Published in: The Connection – A monthly update for alumni of the UW School of Medicine

maria-verduzcoMy first love for medicine was obstetrics. I was present during the delivery of my nephew when I was in high school, and I was fascinated by the miracle of life. To this day, I sometimes get teary-eyed when I deliver babies.

As faculty for a family medicine residency program, I am a preceptor for residents in clinic and in labor and delivery in the hospital. As a community attending, I provide care to patients of all ages, from newborns to the elderly. I work in three clinics, including Central Washington Family Medicine. The biggest obstacle for my underserved patients is a lack of insurance, due to cost or being undocumented. Many have comorbid psychiatric conditions but lack outpatient behavioral health services in Spanish. In addition, many have a poor understanding of the medical system and encounter language barriers when seeking care by consults or other medical personnel.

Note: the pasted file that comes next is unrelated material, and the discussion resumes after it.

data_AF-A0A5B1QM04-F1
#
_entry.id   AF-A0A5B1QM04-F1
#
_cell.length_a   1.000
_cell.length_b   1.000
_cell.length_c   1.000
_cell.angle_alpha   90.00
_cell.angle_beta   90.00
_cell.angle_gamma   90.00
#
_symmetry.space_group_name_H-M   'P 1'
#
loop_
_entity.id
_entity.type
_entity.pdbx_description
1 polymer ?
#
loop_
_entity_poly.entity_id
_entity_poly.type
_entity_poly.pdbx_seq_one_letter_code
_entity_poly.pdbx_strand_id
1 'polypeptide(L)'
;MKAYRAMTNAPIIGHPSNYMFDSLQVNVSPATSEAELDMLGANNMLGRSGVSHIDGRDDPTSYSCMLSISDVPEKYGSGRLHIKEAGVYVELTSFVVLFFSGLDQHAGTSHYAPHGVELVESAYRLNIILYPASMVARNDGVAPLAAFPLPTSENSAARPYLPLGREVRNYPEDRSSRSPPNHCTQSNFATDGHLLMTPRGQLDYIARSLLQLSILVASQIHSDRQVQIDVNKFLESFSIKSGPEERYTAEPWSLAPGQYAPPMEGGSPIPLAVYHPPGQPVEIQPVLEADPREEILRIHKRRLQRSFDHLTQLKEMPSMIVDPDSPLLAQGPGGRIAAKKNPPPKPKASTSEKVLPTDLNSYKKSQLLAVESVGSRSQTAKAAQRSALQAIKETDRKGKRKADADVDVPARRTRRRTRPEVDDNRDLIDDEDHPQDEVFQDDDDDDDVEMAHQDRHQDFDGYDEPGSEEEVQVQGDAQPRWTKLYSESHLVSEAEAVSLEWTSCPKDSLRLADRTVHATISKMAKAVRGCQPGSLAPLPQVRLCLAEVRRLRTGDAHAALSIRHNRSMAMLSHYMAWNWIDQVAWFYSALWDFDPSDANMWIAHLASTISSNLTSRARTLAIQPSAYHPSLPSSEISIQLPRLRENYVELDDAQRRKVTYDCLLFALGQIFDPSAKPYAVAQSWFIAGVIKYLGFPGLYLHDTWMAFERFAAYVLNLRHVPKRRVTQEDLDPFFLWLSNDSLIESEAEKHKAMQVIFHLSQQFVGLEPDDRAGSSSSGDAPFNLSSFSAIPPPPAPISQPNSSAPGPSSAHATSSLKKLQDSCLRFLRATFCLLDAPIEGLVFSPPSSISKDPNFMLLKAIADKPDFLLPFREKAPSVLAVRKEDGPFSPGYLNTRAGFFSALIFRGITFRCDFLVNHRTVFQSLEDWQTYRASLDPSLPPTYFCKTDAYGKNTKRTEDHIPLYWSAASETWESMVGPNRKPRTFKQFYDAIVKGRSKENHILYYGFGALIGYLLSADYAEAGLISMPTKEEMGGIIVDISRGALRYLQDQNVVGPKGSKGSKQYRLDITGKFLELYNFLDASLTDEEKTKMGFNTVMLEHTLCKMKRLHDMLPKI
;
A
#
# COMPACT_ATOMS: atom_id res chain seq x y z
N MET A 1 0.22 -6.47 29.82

My interest in serving vulnerable populations stemmed from working for the Women, Infants and Children (WIC) nutrition program before college. As a WIC certifier, I came across many monolingual Spanish families who had questions about medicine that I couldn’t answer. Patients often did not feel comfortable asking their physicians because of the communication barrier and feeling that the interpreter was not accurately relaying their concerns. As a student in 2005, I helped develop the Latino Medical Student Association at the UW School of Medicine. Our vision is to provide Latino role models in medicine for Latino children in Washington state, specifically in the Yakima Valley. We do this by forming a pipeline from elementary school all the way through college. The Center for Equity, Diversity & Inclusion at the UW School of Medicine (formerly the Office of Multicultural Affairs) offers summer programs for high-school students, but I feel if kids are exposed to medicine as early as elementary school, the chance of capturing their interest in the health sciences increases. When I talk to my adolescent patients about career plans, they are shocked to find out I grew up in the Yakima Valley or attended their high school. I think it gives them hope that even small-town, low-income Latinos can succeed.